I really, really wish the Federal Reserve would purchase my student loan debt. If other private entities can swap assets with the government’s bank, I’d like a piece of that action. And while we're at it, since federal government spending is frozen in austerity mode, I’d also appreciate some out-of-the-box thinking on secondary stimulus, even if it would be comparatively weak without a boost from Congress. Unfortunately, you can add the purchase of student debt to a long list of creative policies that the next Fed chair is unlikely to consider.
Thursday, Dr. Janet Yellen appears before Congress in anticipation of becoming what many deem the second most influential public official in the world. In the imagination of some Americans, the Fed chair is an all-powerful monetary maestro who conducts the economy from on high. Yet the position is not as powerful as that image suggests, and Yellen’s role and legacy will most likely be determined by Fed operations that don't have to do with monetary policy.
In the aftermath of the Dodd-Frank Act, the Federal Reserve is charged with several additional responsibilities, most notably concerning bank regulation. Complementing its legislative mandate to promote price stability and maximum employment, the agency is obligated to monitor the financial services industry. In fact, given the number of new duties it assigns the Fed, the Dodd-Frank Act proposed dividing the responsibilities of the Fed chair among two officials: The chair would be responsible for monetary policymaking, and a new vice chair would supervise regulation. This option has yet to be exercised, so it appears Yellen will serve in both roles.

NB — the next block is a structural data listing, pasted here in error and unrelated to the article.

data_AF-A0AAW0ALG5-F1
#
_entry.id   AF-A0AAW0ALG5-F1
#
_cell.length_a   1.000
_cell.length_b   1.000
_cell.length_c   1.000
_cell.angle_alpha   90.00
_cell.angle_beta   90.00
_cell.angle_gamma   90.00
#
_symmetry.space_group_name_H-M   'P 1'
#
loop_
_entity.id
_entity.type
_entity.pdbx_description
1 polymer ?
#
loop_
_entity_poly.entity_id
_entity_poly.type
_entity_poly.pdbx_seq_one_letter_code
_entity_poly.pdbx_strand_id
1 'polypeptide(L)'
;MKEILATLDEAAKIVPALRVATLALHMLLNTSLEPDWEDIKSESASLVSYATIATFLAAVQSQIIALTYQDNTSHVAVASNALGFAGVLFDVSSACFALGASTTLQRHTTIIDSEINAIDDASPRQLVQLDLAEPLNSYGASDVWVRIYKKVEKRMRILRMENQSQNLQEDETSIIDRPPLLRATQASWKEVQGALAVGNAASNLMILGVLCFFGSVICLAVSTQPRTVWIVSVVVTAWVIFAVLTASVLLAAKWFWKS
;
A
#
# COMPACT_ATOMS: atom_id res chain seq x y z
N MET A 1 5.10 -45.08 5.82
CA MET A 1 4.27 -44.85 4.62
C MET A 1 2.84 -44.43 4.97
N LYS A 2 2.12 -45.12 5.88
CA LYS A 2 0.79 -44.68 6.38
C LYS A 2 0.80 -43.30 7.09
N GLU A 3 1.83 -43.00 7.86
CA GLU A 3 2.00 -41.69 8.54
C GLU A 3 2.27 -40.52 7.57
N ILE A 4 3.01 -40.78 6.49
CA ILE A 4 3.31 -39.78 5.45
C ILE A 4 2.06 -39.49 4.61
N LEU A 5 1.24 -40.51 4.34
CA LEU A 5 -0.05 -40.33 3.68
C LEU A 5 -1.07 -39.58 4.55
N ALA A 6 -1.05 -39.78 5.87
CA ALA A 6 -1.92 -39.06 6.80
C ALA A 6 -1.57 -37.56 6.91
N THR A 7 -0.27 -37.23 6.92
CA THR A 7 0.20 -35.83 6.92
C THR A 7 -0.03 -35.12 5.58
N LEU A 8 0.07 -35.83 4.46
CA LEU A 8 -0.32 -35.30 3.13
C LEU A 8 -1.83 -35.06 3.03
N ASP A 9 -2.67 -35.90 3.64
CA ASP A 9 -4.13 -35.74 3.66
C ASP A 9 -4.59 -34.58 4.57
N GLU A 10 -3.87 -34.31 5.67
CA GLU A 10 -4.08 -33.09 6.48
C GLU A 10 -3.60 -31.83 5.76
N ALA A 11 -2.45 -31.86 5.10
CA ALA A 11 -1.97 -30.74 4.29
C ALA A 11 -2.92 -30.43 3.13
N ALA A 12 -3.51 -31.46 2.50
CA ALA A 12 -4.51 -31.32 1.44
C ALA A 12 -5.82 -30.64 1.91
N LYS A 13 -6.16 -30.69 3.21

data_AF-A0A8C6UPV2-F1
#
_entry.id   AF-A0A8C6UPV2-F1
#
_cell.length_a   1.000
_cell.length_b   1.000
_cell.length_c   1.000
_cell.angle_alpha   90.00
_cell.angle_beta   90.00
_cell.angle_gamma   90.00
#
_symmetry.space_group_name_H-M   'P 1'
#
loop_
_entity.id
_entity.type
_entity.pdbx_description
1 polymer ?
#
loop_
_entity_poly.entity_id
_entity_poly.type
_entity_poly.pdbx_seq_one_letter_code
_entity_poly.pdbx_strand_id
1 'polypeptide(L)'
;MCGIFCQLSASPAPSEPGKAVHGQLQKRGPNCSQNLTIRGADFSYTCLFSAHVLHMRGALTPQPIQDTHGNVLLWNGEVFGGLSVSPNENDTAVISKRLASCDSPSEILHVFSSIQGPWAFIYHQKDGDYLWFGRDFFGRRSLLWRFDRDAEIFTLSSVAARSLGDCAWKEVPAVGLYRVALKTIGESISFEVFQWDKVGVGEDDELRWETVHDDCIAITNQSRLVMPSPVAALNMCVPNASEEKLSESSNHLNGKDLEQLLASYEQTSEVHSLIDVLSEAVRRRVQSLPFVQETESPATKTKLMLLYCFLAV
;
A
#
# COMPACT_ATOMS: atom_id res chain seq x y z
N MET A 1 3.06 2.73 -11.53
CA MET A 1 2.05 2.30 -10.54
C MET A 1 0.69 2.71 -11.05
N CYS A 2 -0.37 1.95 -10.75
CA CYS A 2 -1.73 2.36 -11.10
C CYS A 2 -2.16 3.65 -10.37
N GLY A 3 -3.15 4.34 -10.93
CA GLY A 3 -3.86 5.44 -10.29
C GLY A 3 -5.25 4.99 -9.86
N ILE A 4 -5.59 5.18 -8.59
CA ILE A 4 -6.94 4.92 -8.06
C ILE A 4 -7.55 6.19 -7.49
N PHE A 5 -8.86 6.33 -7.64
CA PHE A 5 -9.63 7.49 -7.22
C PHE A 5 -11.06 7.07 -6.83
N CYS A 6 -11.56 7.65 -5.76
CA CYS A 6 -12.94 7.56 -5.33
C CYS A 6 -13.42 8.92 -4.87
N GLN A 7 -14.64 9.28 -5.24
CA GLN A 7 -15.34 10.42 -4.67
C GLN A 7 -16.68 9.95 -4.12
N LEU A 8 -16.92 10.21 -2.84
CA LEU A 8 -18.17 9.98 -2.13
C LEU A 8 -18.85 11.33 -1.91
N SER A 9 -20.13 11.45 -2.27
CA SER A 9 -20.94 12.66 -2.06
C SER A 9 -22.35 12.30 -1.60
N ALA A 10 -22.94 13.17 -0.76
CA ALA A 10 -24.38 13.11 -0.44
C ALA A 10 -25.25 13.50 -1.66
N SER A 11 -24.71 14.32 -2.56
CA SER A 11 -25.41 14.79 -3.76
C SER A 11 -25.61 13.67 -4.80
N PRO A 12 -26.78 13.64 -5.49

In the United States, financial regulation is administered by a set of agencies gathered under the umbrella of the new Financial Stability Oversight Council. Together, they have tremendous flexibility to interpret financial regulations as they see fit. The Fed, specifically, plays a leading role in overseeing the snails-pace implementation of the Dodd-Frank Act itself. Its Board of Governors monitors the U.S government’s payment systems and manages 12 regional reserve banks that have additional regulatory supervision over roughly 40% of U.S. commercial banks. Furthermore, the Fed is required to create new standards for systemically important financial institutions (SIFIs) and bank holding companies (BHCs) in order to "prevent or mitigate risks to the financial stability of the United States.” At a minimum, Dodd-Frank requires the Fed to adopt enhanced risk-based capital requirements, leverage limits, liquidity requirements, risk management rules, risk concentration limits, credit exposure reports, and perhaps most importantly, requirements for resolution plans — “living wills” for times of distress. All of these measures are ultimately designed to require financial institutions to be more transparent, take on less risk, and hold a larger portion of their assets in liquid form.
Overall, Yellen’s record on these issues, and on financial regulation as a whole, is fairly mainstream. A former Clinton appointee, she doesn’t appear to be a visionary reformer, but she supports Dodd-Frank and increased surveillance generally. Compared to previous candidates for the job, she appears to have a more tenuous connection to Wall Street and the Rubinite Billionaire Boys Club. Yellen has an opportunity to be a steadfast Fed chair, with a commitment to institutional oversight like that of Depression-era Chair Marriner Eccles. She has almost unparalleled operational intelligence and will hopefully provide some insight on macroprudential measures to stabilize the financial system.
I hope Yellen will be confirmed. Were it not for a sexist backlash, she probably would have been already. Millennials should watch Yellen and the Fed closely. Ultimately, the central bank should be treated less like an untouchable celebrity policymaker and should be statutorily reformed to serve the public purpose in more direct ways. However, in the meantime, developing a grasp of how the central bank operates is crucial to understanding how money ebbs and flows through institutions, and who gets what in this country.